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Relative deprivation and mortality - a longitudinal study in a Swedish population of 4,7 million, 1990-2006
Stockholm University, Faculty of Social Sciences, Centre for Health Equity Studies (CHESS).
Stockholm University, Faculty of Social Sciences, Centre for Health Equity Studies (CHESS).
2012 (English)In: BMC Public Health, ISSN 1471-2458, Vol. 12, 664- p.Article in journal (Refereed) Published
Abstract [en]

Background: Relative deprivation has previously been discussed as a possible mechanism underlying the income-health relation. The idea is that income matters to the individual's health, over and above the increased command over resources, as the basis of social comparisons between a person and his or her reference group. The following study aimed to analyze the role of individual-level relative deprivation for all-cause mortality in the Swedish population. The Swedish context, characterized by relatively small income inequalities and promoting values as egalitarianism and equality, together with a large data material provide unique possibilities for analyzing the hypothesized mechanism. Methods: The data used are prospective longitudinal data from the Swedish population and based on a linkage of registers. Restricting selection to individuals 25-64 years, alive January 1st 1990, gave 4.7 million individuals, for whom a mortality follow-up was done over a 16-year period. The individual level relative deprivation was measured using the Yitzhaki index, calculating the accumulated shortfall between the individual's income and the income of all other's in the person's reference group. All-cause mortality was used as the outcome measure. Results: Relative deprivation, generated through social comparisons, is one possible mechanism within the income and health relation. The present study analyzed different types of objectively defined reference groups, all based on the idea that people compare themselves to similar others. Results show relative deprivation, when measured by the Yitzhaki index, to be significantly associated with mortality. Also, we found a stronger effect among men than among women. Analyzing the association within different income strata, the effect was shown to be weak among the poorest. Revealing the importance of relative deprivation for premature mortality, over and above the effect of absolute income, these results resemble previous findings. Conclusion: Relative deprivation, based on social comparisons of income, is significantly associated with premature mortality in Sweden, over and above the effect of absolute income. Also, it was found to be more important among men, but weak among the poorest.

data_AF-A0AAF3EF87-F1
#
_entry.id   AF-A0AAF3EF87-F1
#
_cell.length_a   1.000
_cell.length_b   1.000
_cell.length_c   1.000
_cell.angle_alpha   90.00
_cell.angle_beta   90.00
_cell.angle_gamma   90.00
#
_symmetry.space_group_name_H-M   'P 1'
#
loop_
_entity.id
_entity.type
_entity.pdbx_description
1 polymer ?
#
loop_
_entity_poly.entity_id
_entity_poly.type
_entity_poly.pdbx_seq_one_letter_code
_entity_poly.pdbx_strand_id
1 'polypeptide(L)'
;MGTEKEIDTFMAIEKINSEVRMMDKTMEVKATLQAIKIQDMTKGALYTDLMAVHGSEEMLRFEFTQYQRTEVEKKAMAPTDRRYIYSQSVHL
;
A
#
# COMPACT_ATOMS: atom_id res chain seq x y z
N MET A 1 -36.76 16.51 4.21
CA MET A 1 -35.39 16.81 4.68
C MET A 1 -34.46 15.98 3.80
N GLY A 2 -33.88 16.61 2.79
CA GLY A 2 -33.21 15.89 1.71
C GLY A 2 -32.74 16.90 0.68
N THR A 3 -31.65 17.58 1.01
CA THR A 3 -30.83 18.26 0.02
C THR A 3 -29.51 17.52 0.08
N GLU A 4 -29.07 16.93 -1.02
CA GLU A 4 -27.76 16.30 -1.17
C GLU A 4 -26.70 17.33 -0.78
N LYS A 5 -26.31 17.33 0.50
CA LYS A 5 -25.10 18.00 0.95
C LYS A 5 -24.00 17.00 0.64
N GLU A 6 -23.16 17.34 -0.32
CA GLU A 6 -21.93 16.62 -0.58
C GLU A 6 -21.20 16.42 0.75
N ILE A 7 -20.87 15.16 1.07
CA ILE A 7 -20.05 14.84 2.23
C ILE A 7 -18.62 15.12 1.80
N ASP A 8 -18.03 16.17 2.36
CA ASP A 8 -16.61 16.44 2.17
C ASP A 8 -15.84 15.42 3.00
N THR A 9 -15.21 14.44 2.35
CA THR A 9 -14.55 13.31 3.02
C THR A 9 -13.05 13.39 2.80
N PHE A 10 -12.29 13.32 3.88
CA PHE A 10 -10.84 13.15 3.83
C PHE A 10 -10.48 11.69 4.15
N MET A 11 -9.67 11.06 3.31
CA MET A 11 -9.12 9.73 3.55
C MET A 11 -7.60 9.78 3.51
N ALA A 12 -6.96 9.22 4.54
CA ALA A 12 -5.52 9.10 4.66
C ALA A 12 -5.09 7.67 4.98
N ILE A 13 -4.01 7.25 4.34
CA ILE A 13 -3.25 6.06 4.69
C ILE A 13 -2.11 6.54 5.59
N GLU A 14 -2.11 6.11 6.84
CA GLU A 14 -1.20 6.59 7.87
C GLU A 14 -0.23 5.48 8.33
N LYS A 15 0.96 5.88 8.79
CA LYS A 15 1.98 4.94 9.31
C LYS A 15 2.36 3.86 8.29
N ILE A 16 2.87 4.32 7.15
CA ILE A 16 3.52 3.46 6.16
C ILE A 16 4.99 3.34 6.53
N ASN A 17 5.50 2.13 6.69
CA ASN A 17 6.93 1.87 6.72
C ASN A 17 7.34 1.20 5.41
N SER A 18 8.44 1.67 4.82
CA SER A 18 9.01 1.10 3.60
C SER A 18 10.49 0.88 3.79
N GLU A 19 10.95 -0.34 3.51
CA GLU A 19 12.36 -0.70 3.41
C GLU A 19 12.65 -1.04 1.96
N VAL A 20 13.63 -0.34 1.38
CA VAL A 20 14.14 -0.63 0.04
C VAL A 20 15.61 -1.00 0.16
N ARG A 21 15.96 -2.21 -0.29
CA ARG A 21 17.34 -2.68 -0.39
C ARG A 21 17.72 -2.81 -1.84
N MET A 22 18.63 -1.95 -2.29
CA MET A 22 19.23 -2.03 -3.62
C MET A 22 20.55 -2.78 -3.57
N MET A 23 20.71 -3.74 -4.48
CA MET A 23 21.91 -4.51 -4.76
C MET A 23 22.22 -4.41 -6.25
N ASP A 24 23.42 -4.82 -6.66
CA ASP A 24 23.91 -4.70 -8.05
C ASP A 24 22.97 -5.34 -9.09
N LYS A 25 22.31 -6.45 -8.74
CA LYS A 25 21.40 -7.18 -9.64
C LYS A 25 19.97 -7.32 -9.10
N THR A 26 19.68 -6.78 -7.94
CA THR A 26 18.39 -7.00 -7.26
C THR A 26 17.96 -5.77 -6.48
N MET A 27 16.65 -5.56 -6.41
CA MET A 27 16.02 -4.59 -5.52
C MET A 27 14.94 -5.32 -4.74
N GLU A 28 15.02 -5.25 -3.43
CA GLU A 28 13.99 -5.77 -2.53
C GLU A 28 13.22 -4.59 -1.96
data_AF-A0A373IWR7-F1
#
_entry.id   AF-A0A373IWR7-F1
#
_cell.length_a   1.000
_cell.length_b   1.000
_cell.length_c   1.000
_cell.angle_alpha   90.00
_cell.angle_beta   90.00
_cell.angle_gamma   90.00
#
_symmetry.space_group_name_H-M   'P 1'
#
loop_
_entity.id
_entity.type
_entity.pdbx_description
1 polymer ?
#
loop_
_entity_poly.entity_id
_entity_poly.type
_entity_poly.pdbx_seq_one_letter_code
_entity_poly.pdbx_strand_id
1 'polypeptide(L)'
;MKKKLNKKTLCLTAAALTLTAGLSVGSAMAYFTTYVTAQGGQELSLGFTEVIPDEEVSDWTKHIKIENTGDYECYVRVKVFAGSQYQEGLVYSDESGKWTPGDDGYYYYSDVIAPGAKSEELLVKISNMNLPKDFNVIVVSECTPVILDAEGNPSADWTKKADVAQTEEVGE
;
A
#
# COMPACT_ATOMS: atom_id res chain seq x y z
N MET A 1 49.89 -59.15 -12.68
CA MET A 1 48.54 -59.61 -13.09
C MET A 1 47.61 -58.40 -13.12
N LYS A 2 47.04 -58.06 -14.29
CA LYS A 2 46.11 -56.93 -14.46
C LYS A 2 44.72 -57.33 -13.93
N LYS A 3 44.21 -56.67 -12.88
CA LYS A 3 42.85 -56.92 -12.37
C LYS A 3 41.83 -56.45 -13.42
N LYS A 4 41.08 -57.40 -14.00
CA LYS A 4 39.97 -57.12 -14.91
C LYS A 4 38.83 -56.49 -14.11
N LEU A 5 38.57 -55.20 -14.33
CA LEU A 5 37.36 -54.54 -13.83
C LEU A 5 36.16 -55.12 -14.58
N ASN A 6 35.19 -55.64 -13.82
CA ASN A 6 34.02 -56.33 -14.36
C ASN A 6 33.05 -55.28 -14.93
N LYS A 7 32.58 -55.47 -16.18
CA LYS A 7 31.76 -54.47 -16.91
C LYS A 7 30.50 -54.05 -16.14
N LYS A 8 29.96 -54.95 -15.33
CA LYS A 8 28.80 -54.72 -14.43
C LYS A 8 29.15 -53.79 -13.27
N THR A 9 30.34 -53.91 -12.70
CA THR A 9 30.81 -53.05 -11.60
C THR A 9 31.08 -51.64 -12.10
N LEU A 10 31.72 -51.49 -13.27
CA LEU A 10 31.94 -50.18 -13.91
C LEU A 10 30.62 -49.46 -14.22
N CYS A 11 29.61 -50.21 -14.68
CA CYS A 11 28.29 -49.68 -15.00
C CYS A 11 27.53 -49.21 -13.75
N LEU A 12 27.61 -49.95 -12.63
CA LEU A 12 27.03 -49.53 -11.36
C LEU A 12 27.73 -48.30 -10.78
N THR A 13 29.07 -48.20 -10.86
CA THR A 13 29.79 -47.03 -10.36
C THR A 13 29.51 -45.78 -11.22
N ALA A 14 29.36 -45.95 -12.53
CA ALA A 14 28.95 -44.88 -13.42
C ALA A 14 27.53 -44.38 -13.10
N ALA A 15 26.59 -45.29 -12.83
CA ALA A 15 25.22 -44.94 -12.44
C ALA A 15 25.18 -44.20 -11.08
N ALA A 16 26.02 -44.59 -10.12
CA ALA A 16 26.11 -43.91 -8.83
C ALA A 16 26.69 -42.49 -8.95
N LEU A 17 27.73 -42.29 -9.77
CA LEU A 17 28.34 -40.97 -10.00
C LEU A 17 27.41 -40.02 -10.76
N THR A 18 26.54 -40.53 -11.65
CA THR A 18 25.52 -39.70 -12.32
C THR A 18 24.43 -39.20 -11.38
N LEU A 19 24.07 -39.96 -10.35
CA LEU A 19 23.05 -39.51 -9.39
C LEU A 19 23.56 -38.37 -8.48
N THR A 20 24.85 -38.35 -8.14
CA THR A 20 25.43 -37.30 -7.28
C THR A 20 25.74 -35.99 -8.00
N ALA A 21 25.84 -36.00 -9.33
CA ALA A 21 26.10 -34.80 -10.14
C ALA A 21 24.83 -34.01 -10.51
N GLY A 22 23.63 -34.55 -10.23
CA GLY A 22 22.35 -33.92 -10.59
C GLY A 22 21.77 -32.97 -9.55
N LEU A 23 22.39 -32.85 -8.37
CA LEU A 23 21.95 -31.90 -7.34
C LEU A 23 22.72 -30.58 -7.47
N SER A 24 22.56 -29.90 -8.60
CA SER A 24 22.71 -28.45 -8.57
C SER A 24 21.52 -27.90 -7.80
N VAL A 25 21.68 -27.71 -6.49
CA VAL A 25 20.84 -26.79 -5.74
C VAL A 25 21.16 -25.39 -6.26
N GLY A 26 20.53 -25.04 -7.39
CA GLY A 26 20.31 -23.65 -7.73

Place, publisher, year, edition, pages
2012. Vol. 12, 664- p.
Keyword [en]
Relative deprivation, Mortality, Income inequality, Yitzhaki index, Sweden
National Category
Health Sciences
URN: urn:nbn:se:su:diva-79002DOI: 10.1186/1471-2458-12-664ISI: 000311091500001OAI: diva2:546331
Available from: 2012-08-23 Created: 2012-08-23 Last updated: 2012-12-17Bibliographically approved

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Åberg Yngwe, Monica
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